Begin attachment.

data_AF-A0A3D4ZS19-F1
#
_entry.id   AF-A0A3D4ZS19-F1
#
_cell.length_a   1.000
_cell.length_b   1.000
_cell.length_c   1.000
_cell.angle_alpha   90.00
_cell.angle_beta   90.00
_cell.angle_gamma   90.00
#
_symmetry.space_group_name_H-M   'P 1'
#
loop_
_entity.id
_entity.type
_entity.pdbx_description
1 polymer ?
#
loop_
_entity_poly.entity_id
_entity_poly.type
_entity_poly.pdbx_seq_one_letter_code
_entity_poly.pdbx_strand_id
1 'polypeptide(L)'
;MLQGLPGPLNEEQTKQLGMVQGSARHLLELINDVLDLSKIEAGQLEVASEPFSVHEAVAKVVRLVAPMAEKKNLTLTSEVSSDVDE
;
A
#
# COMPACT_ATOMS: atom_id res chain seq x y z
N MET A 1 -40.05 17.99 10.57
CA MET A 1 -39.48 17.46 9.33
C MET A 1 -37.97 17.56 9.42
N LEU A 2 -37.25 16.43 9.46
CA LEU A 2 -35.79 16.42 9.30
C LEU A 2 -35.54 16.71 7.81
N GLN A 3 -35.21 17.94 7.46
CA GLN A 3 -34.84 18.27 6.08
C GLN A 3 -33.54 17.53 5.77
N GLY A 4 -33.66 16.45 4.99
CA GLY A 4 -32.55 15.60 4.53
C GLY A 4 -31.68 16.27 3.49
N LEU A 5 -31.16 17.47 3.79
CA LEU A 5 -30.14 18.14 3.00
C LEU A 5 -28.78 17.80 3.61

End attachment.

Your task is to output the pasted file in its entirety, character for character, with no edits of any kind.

data_AF-A0A3D4ZS19-F1
#
_entry.id   AF-A0A3D4ZS19-F1
#
_cell.length_a   1.000
_cell.length_b   1.000
_cell.length_c   1.000
_cell.angle_alpha   90.00
_cell.angle_beta   90.00
_cell.angle_gamma   90.00
#
_symmetry.space_group_name_H-M   'P 1'
#
loop_
_entity.id
_entity.type
_entity.pdbx_description
1 polymer ?
#
loop_
_entity_poly.entity_id
_entity_poly.type
_entity_poly.pdbx_seq_one_letter_code
_entity_poly.pdbx_strand_id
1 'polypeptide(L)'
;MLQGLPGPLNEEQTKQLGMVQGSARHLLELINDVLDLSKIEAGQLEVASEPFSVHEAVAKVVRLVAPMAEKKNLTLTSEVSSDVDE
;
A
#
# COMPACT_ATOMS: atom_id res chain seq x y z
N MET A 1 -40.05 17.99 10.57
CA MET A 1 -39.48 17.46 9.33
C MET A 1 -37.97 17.56 9.42
N LEU A 2 -37.25 16.43 9.46
CA LEU A 2 -35.79 16.42 9.30
C LEU A 2 -35.54 16.71 7.81
N GLN A 3 -35.21 17.94 7.46
CA GLN A 3 -34.84 18.27 6.08
C GLN A 3 -33.54 17.53 5.77
N GLY A 4 -33.66 16.45 4.99
CA GLY A 4 -32.55 15.60 4.53
C GLY A 4 -31.68 16.27 3.49
N LEU A 5 -31.16 17.47 3.79
CA LEU A 5 -30.14 18.14 3.00
C LEU A 5 -28.78 17.80 3.61